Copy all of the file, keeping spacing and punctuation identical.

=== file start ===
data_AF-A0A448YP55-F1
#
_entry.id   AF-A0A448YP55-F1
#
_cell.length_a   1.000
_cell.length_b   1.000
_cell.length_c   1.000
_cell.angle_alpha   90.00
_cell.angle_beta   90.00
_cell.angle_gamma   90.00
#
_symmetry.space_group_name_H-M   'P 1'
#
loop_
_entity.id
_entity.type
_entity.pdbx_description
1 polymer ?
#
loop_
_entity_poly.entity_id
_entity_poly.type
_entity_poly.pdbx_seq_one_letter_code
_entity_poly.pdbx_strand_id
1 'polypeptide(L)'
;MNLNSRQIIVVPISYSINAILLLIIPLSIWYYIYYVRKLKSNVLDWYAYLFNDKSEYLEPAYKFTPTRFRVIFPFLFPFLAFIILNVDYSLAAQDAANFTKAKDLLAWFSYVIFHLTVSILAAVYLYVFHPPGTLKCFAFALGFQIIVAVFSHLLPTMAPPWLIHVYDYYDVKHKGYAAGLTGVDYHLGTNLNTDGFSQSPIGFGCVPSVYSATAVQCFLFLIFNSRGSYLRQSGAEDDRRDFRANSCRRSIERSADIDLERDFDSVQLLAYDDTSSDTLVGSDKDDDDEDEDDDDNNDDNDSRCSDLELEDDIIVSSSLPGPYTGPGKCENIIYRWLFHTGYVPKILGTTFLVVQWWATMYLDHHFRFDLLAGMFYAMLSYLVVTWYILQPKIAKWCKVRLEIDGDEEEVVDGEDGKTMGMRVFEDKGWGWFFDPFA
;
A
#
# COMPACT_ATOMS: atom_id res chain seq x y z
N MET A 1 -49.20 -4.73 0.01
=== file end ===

data_AF-A0A448YP55-F1
#
_entry.id   AF-A0A448YP55-F1
#
_cell.length_a   1.000
_cell.length_b   1.000
_cell.length_c   1.000
_cell.angle_alpha   90.00
_cell.angle_beta   90.00
_cell.angle_gamma   90.00
#
_symmetry.space_group_name_H-M   'P 1'
#
loop_
_entity.id
_entity.type
_entity.pdbx_description
1 polymer ?
#
loop_
_entity_poly.entity_id
_entity_poly.type
_entity_poly.pdbx_seq_one_letter_code
_entity_poly.pdbx_strand_id
1 'polypeptide(L)'
;MNLNSRQIIVVPISYSINAILLLIIPLSIWYYIYYVRKLKSNVLDWYAYLFNDKSEYLEPAYKFTPTRFRVIFPFLFPFLAFIILNVDYSLAAQDAANFTKAKDLLAWFSYVIFHLTVSILAAVYLYVFHPPGTLKCFAFALGFQIIVAVFSHLLPTMAPPWLIHVYDYYDVKHKGYAAGLTGVDYHLGTNLNTDGFSQSPIGFGCVPSVYSATAVQCFLFLIFNSRGSYLRQSGAEDDRRDFRANSCRRSIERSADIDLERDFDSVQLLAYDDTSSDTLVGSDKDDDDEDEDDDDNNDDNDSRCSDLELEDDIIVSSSLPGPYTGPGKCENIIYRWLFHTGYVPKILGTTFLVVQWWATMYLDHHFRFDLLAGMFYAMLSYLVVTWYILQPKIAKWCKVRLEIDGDEEEVVDGEDGKTMGMRVFEDKGWGWFFDPFA
;
A
#
# COMPACT_ATOMS: atom_id res chain seq x y z
N MET A 1 -49.20 -4.73 0.01